Sunday, April 24, 2011

6.2 LA HORDE (2009)

La Horde (2009)
Dir. Yannick Dahan & Benjamin Rocher

Yes, it was a French double-feature last night, and both films were surprisingly good, even though they are very different beasts from start to finish.

La Horde tells the tale of a group of corrupt cops who, after the murder of one of their own, decide to take the law into their own hands and bring down the drug dealers responsible.  As bloodily and violently as possible.  Needless to say, things don't go as planned and they are instead captured by the Nigerian drug lord.  And then the dead rise, as they are wont to do.

This is another example of first-time feature film makers taking a swing and knocking it out of the park.  Well, that's a bit over-the-top.  It's not a home run, but it's a very nicely done film that lays good groundwork as a crime drama before jumping into the gruesome and apocalyptic zombie nightmare.

I don't really have a whole lot to say about this one, honestly.

It's another serious attempt, and while there is humor, it's pretty dark, gallows humor that almost entirely comes from the appearance of the crazy old bastard Rene (played with gusto by Yves Pignot) who keeps calling the zombies The Chinese and takes great joy in gunning them down with a machine gun.

The dramatic tension isn't just between the cops and the crooks, however.  The lead cop, Ouessem (Jean-Pierre Martins), doesn't just blame the Nigerians for his buddy's murder.  He also blames the female cop, Aurore (Claude Perron), for getting in his head and making him sloppy.  On the crooks' side, younger brother Bola (Doudou Masta) is sick of being treated poorly by his older brother, the kingpin Adewale (Eriq Ebouaney), and finds himself siding with his friend, Greco (Jo Prestia) against his family.

The two groups have to work together if they're going to survive, of course.  And, as expected, things don't go quite as planned.  With hordes of zombies outside, they find themselves trapped in a condemned building that Adewale was using for his headquarters.  The ultimate goal is just to get to the basement, and find a way to escape.  However, it's not Aurore's ultimate goal.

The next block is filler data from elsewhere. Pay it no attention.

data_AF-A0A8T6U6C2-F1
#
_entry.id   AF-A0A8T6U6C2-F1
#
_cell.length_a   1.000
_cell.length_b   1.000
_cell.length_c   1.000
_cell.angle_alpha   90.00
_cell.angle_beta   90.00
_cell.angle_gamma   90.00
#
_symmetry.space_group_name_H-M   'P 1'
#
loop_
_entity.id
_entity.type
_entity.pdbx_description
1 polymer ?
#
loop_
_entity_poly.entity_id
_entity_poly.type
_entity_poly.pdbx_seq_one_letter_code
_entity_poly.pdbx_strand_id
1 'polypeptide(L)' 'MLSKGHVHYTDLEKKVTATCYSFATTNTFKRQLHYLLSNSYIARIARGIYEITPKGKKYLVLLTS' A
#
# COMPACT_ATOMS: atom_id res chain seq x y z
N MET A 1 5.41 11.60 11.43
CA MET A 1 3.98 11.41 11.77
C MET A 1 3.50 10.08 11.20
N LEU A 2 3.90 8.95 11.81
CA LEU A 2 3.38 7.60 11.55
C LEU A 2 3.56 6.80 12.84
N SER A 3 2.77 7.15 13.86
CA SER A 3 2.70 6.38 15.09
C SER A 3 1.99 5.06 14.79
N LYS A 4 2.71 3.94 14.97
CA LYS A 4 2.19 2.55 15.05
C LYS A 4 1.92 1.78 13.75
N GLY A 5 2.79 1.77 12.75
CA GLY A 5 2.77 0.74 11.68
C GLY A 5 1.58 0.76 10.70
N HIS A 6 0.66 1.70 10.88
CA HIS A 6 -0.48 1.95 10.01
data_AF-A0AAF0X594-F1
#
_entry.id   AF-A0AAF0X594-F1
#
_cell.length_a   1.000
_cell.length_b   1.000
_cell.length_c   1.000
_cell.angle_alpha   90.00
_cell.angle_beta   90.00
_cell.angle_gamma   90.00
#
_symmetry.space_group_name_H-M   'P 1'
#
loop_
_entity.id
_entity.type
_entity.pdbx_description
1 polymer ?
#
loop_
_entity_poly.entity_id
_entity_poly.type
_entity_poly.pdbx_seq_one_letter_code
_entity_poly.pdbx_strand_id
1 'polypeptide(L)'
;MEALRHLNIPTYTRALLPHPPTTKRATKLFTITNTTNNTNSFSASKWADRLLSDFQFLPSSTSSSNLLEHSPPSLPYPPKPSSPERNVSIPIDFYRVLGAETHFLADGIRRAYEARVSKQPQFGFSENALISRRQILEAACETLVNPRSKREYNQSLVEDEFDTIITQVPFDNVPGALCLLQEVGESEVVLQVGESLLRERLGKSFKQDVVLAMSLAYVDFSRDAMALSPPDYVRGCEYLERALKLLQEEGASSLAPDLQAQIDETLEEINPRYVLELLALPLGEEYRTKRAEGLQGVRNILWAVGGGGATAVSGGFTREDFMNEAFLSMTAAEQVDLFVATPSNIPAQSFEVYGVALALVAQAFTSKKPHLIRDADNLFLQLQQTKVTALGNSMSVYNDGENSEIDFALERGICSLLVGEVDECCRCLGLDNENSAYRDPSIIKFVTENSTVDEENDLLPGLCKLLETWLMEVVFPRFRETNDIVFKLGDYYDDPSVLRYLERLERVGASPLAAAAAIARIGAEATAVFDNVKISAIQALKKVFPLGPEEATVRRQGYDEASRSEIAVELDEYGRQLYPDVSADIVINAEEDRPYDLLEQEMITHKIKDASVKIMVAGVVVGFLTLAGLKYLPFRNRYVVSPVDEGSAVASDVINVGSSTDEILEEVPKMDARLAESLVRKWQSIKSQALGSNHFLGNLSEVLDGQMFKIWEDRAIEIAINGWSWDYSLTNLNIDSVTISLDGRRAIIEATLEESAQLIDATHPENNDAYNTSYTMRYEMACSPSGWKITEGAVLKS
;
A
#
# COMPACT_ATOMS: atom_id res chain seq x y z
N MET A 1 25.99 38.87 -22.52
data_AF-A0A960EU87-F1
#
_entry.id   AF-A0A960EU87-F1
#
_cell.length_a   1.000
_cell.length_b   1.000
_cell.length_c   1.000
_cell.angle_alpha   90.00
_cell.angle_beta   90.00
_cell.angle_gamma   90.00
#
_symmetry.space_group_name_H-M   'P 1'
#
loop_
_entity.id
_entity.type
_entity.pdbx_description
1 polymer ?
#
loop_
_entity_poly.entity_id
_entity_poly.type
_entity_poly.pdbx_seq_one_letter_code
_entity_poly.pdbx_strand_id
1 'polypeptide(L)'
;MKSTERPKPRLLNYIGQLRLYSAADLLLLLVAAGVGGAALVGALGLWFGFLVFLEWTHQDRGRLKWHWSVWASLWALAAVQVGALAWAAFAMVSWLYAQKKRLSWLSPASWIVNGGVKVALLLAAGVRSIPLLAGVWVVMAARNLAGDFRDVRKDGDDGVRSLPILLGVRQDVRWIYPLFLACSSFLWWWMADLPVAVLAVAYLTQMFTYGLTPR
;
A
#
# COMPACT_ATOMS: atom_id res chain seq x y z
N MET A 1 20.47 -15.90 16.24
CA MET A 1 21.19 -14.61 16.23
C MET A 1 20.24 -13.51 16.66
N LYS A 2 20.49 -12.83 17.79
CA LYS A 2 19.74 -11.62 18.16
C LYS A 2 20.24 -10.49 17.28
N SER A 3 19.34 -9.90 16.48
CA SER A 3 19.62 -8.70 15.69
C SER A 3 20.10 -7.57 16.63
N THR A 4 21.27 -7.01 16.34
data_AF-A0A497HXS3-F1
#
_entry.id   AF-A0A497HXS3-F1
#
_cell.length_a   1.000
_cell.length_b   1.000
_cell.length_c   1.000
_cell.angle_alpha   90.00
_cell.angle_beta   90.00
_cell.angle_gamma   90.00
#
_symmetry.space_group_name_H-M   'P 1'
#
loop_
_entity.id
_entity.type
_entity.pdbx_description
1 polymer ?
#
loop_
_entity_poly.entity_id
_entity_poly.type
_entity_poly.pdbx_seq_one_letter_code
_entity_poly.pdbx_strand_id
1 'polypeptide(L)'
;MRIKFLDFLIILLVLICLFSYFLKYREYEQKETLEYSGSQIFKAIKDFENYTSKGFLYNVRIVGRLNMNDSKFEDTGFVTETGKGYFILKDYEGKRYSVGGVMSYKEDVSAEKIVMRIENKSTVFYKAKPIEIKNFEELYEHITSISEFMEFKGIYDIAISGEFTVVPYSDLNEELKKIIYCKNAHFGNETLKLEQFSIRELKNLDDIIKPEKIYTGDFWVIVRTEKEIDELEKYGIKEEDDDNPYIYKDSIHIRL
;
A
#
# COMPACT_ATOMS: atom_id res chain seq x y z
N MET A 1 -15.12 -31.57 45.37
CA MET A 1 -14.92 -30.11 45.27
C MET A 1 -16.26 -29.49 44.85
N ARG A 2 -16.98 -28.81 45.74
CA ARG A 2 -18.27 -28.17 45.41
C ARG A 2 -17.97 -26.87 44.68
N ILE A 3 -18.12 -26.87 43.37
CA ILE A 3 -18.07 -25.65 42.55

And while none of it is really very original, the material is attacked with energy and believability.  The zombie attacks are frenetic and gory and there's almost none of the psychological and/or existential dread of Mutants.  This is more about the action and the violence than about the mind.  As such, it's a nice contrast.

As the film goes on, there's an escalation in the violence, and with the introduction of Rene, the film moves into an area that brings Dead Alive to mind.  In fact, Rene's ultimate demise is so outlandish that you have to laugh.  He's a tough old bastard and he goes out like the crazy coot he is.  In addition to Rene's battle scenes, there are also at least two other moments where characters Greco and Aurore go completely batshit on some zombies, beating them down in extended fight scenes.  It was pretty glorious.

Ouessem's final self-sacrifice so that Aurore and Adewale can escape is absurd and kind of silly, but I'll be damned if by that point the film makers haven't earned the scene.  Ouessem stands on top of a car with literally hundreds of zombies clamboring around him, reaching up toward him, shouting and wailing, while he constantly unloads round after round of bullets into the mass.  When he runs out of bullets, he breaks out the machete and goes down swinging.

Like I said, it was kind of silly and broke with the realism of the film, but it worked.  It was such a striking visual and such a bad-ass character moment that I loved it.  I was laughing and cheering him on.

The final moments with Aurore and Adewale, however, were more serious and bleak.  Oddly satisfying, too, in its own way.  I mean, what's a zombie apocalypse without a dark, hopeless ending?

For just wall to wall action and hundreds of zombies this one's hard to beat.  It doesn't break much new ground, but it was a helluva lot of fun to watch.

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